2013 Schedule

2013 WMI  Summer Heritage Programs


Graduate and Undergraduate Programs

The following courses are listed as Heritage Studies Special Topics and are also cross-listed with the undergraduate programs – Interdisciplinary Studies Special Topics


NH Native Americans (1 credit, HS 5560.01/IS -3575)

Instructor: Grace Fraser

 Dates and times:

July 26, Friday 9:00 to 4:00 (Campus Location – Rounds 124)

July 27, Saturday 10:00 to 3:30 (Mt. Kearsarge Indian Museum in Warner)

The focus of this course will be Native American culture and will incorporate the four themes of history, preservation, arts and environment. A field trip to the Mt. Kearsarge Indian Museum is required.



Mary Baker Eddy: Daughter of New Hampshire (1 credit, HS 5560.02/IS 3580)

Instructor: Amy Voorhees

 Dates and times:

August 16, Friday, 1:00 – 4:15 (North Groton)

August 17, Saturday, 9:00 – 2:00 (Concord)

August 18, Sunday, 1 – 4:15 (Rumney)

Have you ever driven past one of the five New Hampshire historic sites where Mary Baker Eddy once lived, or have you seen her portrait in the New Hampshire State House? This course offers an interdisciplinary look at her history within the built environment. It includes biographical information framed by U.S. women’s and religious history, plus three site visits to Eddy house museums and one mill site in Rumney, North Groton, and Concord. You will experience the architecture and artifacts of the 19th century and learn the mechanics of a 19th-century lumber mill. You will also hear how curators and preservationists made choices to restore, preserve, and furnish each historic house.



Foodways: Where Food, Culture & History Meet (1 credit, HS 5560.04/IS 3585) CANCELED

Instructor: Millie Rahn

 Dates and times:

July 12, Friday 9:30 to 3:45 (Campus Location – Boyd Hall 236)

July 13, Saturday 9:30 to 3:45 (Campus Location – Boyd Hall 236)

It’s said we are what we eat, but folklorists believe that what we eat symbolizes who we are. Food is central to our identities, and its customs, beliefs, production, preparation techniques and materials, rituals, and traditions are cultural artifacts called foodways. Foodways can teach larger lessons about culture –geography, history, chemistry, natural resources, economics, herbal lore and folk medicine, astronomy, climatology, religion, environmental sustainability, etc.– and about tradition and change. Together, these topics can demonstrate how the family story, the community history, and the significant events of humanity are regularly expressed through food, discovering the world through our daily bread, tortillas, pitas, pain, brot, ployes, and noodles. This course looks specifically at how foodways have helped to shape New England’s regional identity and sense of place over time.


Colonial Settlements in the White Mountains Region (1 credit, HS 5560.03/IS 3560)

Instructor: Rebecca More

 Dates and times:

July 16, Tuesday 9:00 to 12:30 (Campus Location – Boyd Hall 236)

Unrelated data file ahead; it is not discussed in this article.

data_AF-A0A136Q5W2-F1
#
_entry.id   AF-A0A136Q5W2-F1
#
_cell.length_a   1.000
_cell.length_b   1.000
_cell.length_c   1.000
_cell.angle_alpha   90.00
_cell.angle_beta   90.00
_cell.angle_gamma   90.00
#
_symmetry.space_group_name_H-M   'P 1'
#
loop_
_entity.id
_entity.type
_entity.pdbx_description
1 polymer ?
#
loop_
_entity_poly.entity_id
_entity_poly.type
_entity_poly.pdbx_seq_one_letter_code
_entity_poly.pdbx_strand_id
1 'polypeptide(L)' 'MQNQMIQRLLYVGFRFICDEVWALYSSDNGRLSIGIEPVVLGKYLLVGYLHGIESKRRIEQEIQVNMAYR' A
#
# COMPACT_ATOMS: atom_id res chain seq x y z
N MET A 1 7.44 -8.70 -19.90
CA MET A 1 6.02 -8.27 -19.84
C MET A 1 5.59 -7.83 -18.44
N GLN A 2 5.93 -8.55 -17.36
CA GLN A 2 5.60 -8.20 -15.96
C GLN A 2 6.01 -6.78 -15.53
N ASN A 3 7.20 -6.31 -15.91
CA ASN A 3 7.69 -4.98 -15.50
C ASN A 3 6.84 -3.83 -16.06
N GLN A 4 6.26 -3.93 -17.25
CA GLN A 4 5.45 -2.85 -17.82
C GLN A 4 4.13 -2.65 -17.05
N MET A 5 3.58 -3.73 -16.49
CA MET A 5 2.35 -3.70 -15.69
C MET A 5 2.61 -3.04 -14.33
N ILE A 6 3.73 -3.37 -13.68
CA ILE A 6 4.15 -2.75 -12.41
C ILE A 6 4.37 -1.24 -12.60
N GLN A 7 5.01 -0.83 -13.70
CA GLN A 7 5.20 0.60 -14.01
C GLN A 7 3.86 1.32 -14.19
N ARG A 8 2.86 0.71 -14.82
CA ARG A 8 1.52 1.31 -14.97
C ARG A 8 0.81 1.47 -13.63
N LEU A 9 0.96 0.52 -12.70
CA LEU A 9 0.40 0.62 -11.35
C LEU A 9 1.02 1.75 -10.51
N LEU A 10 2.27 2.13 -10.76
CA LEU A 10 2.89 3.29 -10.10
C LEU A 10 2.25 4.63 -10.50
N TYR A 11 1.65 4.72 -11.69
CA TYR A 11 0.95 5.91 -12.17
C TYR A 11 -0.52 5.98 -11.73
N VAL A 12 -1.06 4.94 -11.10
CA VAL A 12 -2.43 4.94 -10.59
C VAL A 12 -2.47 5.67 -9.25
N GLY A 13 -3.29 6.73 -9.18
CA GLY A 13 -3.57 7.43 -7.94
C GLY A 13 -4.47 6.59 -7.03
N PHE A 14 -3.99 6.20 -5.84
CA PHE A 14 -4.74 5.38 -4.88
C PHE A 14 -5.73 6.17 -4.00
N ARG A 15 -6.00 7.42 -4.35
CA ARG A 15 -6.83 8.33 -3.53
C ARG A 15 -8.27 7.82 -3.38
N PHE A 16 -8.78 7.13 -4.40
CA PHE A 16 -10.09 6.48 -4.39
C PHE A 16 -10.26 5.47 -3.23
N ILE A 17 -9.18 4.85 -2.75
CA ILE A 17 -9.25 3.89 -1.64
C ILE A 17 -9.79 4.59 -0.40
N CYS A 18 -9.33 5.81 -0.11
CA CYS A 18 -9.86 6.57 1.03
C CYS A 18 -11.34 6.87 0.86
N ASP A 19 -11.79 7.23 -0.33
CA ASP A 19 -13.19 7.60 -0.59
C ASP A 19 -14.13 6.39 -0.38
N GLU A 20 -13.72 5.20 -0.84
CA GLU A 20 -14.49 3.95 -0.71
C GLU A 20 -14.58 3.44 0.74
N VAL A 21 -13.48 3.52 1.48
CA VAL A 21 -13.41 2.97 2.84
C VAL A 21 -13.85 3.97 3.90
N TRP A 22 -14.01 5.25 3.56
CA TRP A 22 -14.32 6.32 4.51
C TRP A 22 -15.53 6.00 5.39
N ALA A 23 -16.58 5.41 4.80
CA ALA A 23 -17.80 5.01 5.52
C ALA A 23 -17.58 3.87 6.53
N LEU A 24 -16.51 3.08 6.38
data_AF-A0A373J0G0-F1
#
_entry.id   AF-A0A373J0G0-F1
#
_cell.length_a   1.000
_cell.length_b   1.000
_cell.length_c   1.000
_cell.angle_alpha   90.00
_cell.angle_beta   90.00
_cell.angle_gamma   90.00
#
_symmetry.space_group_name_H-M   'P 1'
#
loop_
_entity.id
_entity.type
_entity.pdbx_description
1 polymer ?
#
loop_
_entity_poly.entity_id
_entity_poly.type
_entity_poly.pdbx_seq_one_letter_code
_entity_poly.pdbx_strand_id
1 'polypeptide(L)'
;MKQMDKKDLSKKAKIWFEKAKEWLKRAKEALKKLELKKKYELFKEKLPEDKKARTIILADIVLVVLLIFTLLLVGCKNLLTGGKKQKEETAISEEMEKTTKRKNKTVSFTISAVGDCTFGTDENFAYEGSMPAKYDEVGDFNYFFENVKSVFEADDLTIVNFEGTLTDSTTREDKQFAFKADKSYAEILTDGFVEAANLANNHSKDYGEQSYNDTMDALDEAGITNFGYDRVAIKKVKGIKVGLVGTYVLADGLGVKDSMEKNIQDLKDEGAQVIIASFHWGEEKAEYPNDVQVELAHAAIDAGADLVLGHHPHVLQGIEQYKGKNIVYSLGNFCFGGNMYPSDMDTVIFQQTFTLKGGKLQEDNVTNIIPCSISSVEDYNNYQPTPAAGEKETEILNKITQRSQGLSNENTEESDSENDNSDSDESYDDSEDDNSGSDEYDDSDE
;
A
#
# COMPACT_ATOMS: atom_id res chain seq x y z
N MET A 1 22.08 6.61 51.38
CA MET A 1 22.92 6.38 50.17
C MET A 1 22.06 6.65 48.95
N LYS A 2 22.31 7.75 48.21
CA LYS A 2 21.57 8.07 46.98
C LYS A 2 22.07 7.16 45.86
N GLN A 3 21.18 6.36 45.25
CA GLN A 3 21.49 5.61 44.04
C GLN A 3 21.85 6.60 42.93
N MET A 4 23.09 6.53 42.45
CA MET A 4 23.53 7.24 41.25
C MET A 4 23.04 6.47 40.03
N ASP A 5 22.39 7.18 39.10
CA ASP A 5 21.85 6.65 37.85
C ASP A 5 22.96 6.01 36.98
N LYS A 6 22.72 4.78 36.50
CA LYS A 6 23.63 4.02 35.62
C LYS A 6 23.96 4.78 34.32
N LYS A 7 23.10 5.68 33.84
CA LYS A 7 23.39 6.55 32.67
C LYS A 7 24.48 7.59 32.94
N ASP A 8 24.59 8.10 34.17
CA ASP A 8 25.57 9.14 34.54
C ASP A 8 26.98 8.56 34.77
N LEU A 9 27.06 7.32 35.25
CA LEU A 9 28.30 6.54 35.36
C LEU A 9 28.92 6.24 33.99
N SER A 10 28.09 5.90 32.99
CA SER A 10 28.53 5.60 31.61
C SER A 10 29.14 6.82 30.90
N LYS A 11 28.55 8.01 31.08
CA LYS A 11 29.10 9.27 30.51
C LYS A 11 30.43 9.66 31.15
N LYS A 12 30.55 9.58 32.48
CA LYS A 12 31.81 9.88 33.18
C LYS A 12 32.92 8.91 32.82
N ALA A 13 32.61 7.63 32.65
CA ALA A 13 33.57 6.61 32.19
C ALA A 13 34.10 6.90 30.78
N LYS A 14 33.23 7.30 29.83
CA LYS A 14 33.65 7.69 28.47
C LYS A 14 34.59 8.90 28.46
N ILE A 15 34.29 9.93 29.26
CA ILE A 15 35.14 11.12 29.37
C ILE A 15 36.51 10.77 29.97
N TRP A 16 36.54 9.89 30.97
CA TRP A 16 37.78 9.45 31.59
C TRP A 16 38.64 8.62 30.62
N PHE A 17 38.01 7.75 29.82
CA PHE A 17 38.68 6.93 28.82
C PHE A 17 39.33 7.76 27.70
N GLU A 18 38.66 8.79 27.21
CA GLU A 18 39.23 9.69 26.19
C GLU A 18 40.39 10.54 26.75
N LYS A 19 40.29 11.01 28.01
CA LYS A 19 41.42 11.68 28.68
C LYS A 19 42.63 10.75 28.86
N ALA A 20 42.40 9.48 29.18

July 17, Wednesday 10 to 3:30 at Weeks State Park, Lancaster, NH

July 18, Thursday 9:00 to 12:30 (Campus Location – Boyd Hall 236)

Settlers from the colonies in Massachusetts Bay and seacoast New Hampshire began to penetrate the White Mountains region in the mid -18th century.  Participants in this one-credit course will use classroom lectures, discussions, field trips to examine the settlement history of the area both before and after the Revolution.  The course will also consider the kinds of primary sources available, including local historical societies and their archives and artifacts, and how they can be used to enrich our understanding of the challenges of settling the area. Please note that students must be registered by 7/2/13.


Protection, Preservation, and Profit in Franconia Notch (1 credit, HS 5560.05/IS 3565)

Instructor: Maggie Stier

 Dates and times:

July 19, Friday, 9:30 to 3:30 (Franconia)

July 20, Saturday, 9:30 to 3:30 (Franconia)

This course will provide a broad historical perspective on Franconia Notch and the tensions between protection of its lakes, mountains, and scenery, preservation of historical resources, and economic development opportunities related to those assets.   Designated a National Natural Landmark, Franconia Notch’s unique geology, including the Flume and the Old Man of the Mountain, have attracted visitors for nearly two centuries.   Architectural evidence of  mountain hospitality and recreation can be found all around—if one knows what to look for and where to look.  Students will spend two days on-site, and using old maps, photographs, paintings, and other primary sources, begin to understand the themes in the Notch’s history and the challenges and opportunities presented by evolving economic and political circumstances.  Discussion will center on how decisions about the future of the Notch have been, and continue to be, forged from a delicate balance of natural resource protection, recreation, economic development, heritage preservation, and public sentiment.



Reinventing “Retrotels”: Nostalgia Tourism and Motel History in Rural New Hampshire (1 credit, HS 5560. 06/IS 3570)

Instructors: Mark Okrant and Ben Amsden

Dates and Times:

Online module opens 7/15,

Field experience takes place Monday, July 29.

Format: Blended, consisting of an online component and one-day field experience

Description: PSU faculty have used the principles of nostalgia tourism and collaborative marketing to help New Hampshire’s aging roadside motels and attractions reinvent themselves as modern-day reflections of the past. This program will survey these efforts and include a one-day field site visit to several historic properties throughout the region.